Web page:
Introduction to Blog

I launched the website and the Blog after having spoken to government officials, political analysts and security experts specializing in South Asian affairs from three continents. The feedback was uniformly consistent. The bottom line is that when Kashmiris are suffering and the world has its own set of priorities, we need to find ways to help each other. We must be realistic, go beyond polemics and demagoguery, and propose innovative ideas that will bring peace, justice and prosperity in all of Jammu and Kashmir.

The author had two reasons to create this blog. First, it was to address the question that was being asked repeatedly, especially, by journalists and other observers in the U.S., U.K., and Canada, inquiring whether the Kashmiri society was concerned about social, cultural and environmental challenges in the valley given that only political upheaval and violence were reported or highlighted by media.

Second, the author has covered the entire spectrum of societal issues and challenges facing Kashmiri people over an 8-year period with the exception of politics given that politics gets all the exposure at the expense of REAL CHALLENGES that will likely result in irreversible degradation in the quality of life and the standard of living for future generations of Kashmiris to come.

The author stopped adding additional material to the Blog once it was felt that most, if not all, concerns, challenges and issues facing the Kashmiri society are cataloged in the Blog. There are over 1900 entries in the Blog and most commentaries include short biographical sketches of authors to bring readers close to the essence of Kashmir. Unfortunately, the 8-year assessment also indicates that neither Kashmiri civil society, nor intellectuals or political leadership have any inclination or enthusiasm in pursuing issues that do not coincide with their vested political agendas. What it means for the future of Kashmiri children and their children is unfathomable. But the evidence is all laid out.

This Blog is a reality check on Kashmir. It is a historical record of how Kashmir lost its way.

Vijay Sazawal, Ph.D.

Saturday, February 14, 2009

IUCN Lists Himalayan Snow Leopard as an Endangered Species

Government wakes up only after naturalists raise the issue

Kashmiri snow leopard listed as endangered

Srinagar: With the International Union for Conservation of Nature (IUCN) "Red List" of Threatened Animals categorizing snow leopard as “endangered species”, State government in collaboration with Union Ministry of Environment is launching a program to conserve the wild animal in its habitat.

The program ‘Project Snow Leopard’ will be launched in the last week of February from Hemis National Park in Ladakh and will later extend to Kargil and other hilly regions of the State.

“We are starting the Project Snow Leopard by end of this month. Environment Ministry, Government of India, has agreed in principle to launch the project in five Himalayan states. But the main focus of the project will be on our State and 60 per cent of total funds would be spent in J&K as we have 60 per cent of total population of Snow Leopard in India,” Chief Wildlife Warden A K Srivastava told Rising Kashmir.

The project, as per Srivastava, is a manifestation of the Government of India's resolve to conserve biodiversity with community participation. He said the Wildlife Institute of India and the Mysore based Nature Conservation Foundation would be the supporting agencies for the project.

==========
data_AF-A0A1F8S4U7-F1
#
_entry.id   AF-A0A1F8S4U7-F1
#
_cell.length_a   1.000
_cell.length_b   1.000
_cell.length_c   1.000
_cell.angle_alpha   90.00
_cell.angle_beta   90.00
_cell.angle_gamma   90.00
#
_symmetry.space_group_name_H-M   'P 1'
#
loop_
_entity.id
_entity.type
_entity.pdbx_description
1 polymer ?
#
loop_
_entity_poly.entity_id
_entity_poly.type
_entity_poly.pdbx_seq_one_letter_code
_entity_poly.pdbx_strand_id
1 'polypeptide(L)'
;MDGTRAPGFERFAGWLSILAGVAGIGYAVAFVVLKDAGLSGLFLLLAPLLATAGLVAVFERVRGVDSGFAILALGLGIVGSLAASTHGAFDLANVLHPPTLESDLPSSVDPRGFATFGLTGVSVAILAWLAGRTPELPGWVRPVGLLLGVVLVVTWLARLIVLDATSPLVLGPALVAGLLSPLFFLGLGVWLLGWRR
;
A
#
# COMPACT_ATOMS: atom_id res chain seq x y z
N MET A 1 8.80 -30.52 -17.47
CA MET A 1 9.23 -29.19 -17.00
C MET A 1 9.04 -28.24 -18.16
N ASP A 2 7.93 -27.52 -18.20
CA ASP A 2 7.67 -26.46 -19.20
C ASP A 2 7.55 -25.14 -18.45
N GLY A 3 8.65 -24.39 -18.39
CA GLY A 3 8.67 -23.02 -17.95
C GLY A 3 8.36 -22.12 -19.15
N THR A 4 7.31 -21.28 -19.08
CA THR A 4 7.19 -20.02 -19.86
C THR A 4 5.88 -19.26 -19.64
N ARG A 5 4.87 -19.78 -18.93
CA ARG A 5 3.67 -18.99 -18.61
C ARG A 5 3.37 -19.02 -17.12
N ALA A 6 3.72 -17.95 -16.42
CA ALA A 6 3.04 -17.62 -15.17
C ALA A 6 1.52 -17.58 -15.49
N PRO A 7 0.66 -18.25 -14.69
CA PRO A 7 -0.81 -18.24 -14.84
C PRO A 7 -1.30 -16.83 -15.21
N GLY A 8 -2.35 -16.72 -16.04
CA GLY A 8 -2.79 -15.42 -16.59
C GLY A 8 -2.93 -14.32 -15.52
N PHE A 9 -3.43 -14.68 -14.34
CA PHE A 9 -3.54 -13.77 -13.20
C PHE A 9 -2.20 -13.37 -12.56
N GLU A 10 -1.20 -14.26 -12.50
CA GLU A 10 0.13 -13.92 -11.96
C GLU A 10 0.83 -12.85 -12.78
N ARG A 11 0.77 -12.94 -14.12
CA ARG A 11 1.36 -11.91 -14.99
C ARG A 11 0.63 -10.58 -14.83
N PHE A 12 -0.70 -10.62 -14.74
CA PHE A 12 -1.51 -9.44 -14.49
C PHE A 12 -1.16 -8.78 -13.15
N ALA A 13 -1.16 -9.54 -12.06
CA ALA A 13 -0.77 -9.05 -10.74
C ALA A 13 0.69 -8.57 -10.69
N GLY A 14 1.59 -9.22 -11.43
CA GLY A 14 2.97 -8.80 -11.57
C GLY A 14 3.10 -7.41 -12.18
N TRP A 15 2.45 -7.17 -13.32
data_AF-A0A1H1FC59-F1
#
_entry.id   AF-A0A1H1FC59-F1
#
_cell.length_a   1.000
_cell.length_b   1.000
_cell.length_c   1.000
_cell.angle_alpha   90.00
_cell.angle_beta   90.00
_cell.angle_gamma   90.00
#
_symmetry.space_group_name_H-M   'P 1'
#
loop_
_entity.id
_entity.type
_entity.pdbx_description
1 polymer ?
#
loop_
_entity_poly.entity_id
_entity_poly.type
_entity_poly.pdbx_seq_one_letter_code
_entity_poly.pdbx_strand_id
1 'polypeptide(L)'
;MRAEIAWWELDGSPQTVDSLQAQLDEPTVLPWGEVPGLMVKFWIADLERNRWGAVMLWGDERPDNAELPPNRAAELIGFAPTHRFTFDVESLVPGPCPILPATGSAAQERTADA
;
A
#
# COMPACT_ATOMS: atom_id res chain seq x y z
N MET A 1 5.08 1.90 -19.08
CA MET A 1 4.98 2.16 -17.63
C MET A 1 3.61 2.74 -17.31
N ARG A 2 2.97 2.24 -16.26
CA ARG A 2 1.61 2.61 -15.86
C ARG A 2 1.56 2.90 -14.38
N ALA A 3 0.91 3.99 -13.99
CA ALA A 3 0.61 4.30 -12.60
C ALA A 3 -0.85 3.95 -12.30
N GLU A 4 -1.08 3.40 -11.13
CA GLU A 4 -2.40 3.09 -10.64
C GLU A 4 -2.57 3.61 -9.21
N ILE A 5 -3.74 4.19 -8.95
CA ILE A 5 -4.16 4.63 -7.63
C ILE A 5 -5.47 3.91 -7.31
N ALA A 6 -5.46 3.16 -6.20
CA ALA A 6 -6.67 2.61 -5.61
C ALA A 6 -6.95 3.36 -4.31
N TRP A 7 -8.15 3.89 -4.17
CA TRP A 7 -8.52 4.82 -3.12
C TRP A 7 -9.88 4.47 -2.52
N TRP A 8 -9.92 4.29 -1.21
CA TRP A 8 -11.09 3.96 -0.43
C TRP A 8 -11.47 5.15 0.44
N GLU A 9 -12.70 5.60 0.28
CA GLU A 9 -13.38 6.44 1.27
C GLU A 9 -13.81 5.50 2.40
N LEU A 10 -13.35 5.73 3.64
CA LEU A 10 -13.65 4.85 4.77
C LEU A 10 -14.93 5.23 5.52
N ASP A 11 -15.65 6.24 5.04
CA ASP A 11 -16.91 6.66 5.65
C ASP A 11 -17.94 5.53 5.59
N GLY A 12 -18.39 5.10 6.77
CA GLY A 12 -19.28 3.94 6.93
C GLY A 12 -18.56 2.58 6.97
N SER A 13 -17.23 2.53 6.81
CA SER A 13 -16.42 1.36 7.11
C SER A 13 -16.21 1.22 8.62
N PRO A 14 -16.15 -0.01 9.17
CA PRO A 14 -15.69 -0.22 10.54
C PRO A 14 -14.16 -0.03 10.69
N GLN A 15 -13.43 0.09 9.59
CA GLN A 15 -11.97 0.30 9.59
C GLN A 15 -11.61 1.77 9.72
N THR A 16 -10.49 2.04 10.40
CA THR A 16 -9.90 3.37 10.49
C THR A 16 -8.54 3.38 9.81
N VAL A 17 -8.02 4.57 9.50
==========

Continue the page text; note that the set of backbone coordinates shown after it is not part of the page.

Besides J&K, the project would be undertaken in four states of Himachal Pradesh, Uttarakhand, Sikkim and Arunachal Pradesh.

Scientifically known as Uncia uncia, the snow leopard is native to remote mountain ranges of Central and Southern Asia where their population is estimated to be around 7,000. In India the maximum population of snow leopards (about 60 per cent) inhabit Kashmir Himalayan mountain range at an altitude of about 3,000 metres above the sea level.

“The Union Environment Ministry will soon release Rs 1 crore to us for this project. In the beginning, the money will be spent on securing landscape for conservation, capacity building, research on wildlife and human activities in snow leopard habitat, grazing and management policies and education awareness in and around the Hemis National Park,” Srivastava said.

Regional Wildlife Warden Asgar Inayatullah said snow leopards are at the top of the ecological pyramid and suffer the most due to relatively smaller population size and also due to man-animal conflict.

“This situation has further aggravated in Kashmir due to hostile landscape and intervention of humans in its habitat. Its population has dwindled during the past two decades but the Indian Wildlife Board maintains that estimated snow leopard population in our State is around 200,” he said.

Inayatullah said the new project envisages active involvement of local communities in the conservation of snow leopards. "Our attempt is to address the identified threats besides strengthening the protected areas in Kashmir," he said. "This is a major challenge for us but the snow leopard is the heritage of the Himalayas."

The degradation of their natural habitat, poaching for their furs, reduction of their prey due to hunting and killings by local people in revenge for attacks on their livestock are some of the main threats, the Regional Wildlife Warden said.

In J&K, snow leopards are distributed throughout the Trans-Himalayan district of Ladakh and more sporadically on the Southern side of the main Himalayan range like Kishtwar, Tarsar, Liddarwat and Marsar (Upper Dachigam).

(Rising Kashmir)

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